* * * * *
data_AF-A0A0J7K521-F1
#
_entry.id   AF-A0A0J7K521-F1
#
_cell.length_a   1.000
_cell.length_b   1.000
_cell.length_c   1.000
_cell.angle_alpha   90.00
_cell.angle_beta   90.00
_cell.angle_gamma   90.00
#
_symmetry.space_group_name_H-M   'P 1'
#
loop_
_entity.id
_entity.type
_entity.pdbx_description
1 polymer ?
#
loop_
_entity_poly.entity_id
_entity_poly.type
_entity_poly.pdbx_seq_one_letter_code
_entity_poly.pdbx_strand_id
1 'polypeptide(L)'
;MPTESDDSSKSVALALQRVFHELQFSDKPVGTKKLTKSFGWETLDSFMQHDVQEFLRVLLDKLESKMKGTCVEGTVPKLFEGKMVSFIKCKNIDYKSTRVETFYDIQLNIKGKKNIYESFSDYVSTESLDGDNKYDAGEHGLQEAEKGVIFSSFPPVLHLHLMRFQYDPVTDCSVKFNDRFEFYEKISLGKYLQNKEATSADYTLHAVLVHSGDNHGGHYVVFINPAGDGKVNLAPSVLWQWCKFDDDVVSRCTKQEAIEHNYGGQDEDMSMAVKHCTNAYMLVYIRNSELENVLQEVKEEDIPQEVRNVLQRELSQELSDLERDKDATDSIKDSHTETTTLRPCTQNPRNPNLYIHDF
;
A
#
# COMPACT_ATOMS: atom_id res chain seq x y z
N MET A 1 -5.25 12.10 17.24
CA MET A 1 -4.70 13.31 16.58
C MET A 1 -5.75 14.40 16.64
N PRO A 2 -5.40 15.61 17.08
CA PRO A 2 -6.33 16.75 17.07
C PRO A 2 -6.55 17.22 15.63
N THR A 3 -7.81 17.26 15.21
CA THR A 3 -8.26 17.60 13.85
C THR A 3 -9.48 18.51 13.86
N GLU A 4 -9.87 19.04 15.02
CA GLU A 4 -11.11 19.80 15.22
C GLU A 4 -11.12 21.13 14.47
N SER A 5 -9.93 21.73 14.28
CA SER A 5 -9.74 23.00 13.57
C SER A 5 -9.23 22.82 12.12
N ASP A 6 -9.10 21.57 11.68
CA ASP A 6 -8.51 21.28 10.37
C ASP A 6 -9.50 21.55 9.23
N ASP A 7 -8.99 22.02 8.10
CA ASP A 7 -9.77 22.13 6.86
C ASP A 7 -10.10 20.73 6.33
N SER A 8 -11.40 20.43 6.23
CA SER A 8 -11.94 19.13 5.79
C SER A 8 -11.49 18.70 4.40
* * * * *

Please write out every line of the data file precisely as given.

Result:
data_AF-A0A0J7K521-F1
#
_entry.id   AF-A0A0J7K521-F1
#
_cell.length_a   1.000
_cell.length_b   1.000
_cell.length_c   1.000
_cell.angle_alpha   90.00
_cell.angle_beta   90.00
_cell.angle_gamma   90.00
#
_symmetry.space_group_name_H-M   'P 1'
#
loop_
_entity.id
_entity.type
_entity.pdbx_description
1 polymer ?
#
loop_
_entity_poly.entity_id
_entity_poly.type
_entity_poly.pdbx_seq_one_letter_code
_entity_poly.pdbx_strand_id
1 'polypeptide(L)'
;MPTESDDSSKSVALALQRVFHELQFSDKPVGTKKLTKSFGWETLDSFMQHDVQEFLRVLLDKLESKMKGTCVEGTVPKLFEGKMVSFIKCKNIDYKSTRVETFYDIQLNIKGKKNIYESFSDYVSTESLDGDNKYDAGEHGLQEAEKGVIFSSFPPVLHLHLMRFQYDPVTDCSVKFNDRFEFYEKISLGKYLQNKEATSADYTLHAVLVHSGDNHGGHYVVFINPAGDGKVNLAPSVLWQWCKFDDDVVSRCTKQEAIEHNYGGQDEDMSMAVKHCTNAYMLVYIRNSELENVLQEVKEEDIPQEVRNVLQRELSQELSDLERDKDATDSIKDSHTETTTLRPCTQNPRNPNLYIHDF
;
A
#
# COMPACT_ATOMS: atom_id res chain seq x y z
N MET A 1 -5.25 12.10 17.24
CA MET A 1 -4.70 13.31 16.58
C MET A 1 -5.75 14.40 16.64
N PRO A 2 -5.40 15.61 17.08
CA PRO A 2 -6.33 16.75 17.07
C PRO A 2 -6.55 17.22 15.63
N THR A 3 -7.81 17.26 15.21
CA THR A 3 -8.26 17.60 13.85
C THR A 3 -9.48 18.51 13.86
N GLU A 4 -9.87 19.04 15.02
CA GLU A 4 -11.11 19.80 15.22
C GLU A 4 -11.12 21.13 14.47
N SER A 5 -9.93 21.73 14.28
CA SER A 5 -9.74 23.00 13.57
C SER A 5 -9.23 22.82 12.12
N ASP A 6 -9.10 21.57 11.68
CA ASP A 6 -8.51 21.28 10.37
C ASP A 6 -9.50 21.55 9.23
N ASP A 7 -8.99 22.02 8.10
CA ASP A 7 -9.77 22.13 6.86
C ASP A 7 -10.10 20.73 6.33
N SER A 8 -11.40 20.43 6.23
CA SER A 8 -11.94 19.13 5.79
C SER A 8 -11.49 18.70 4.40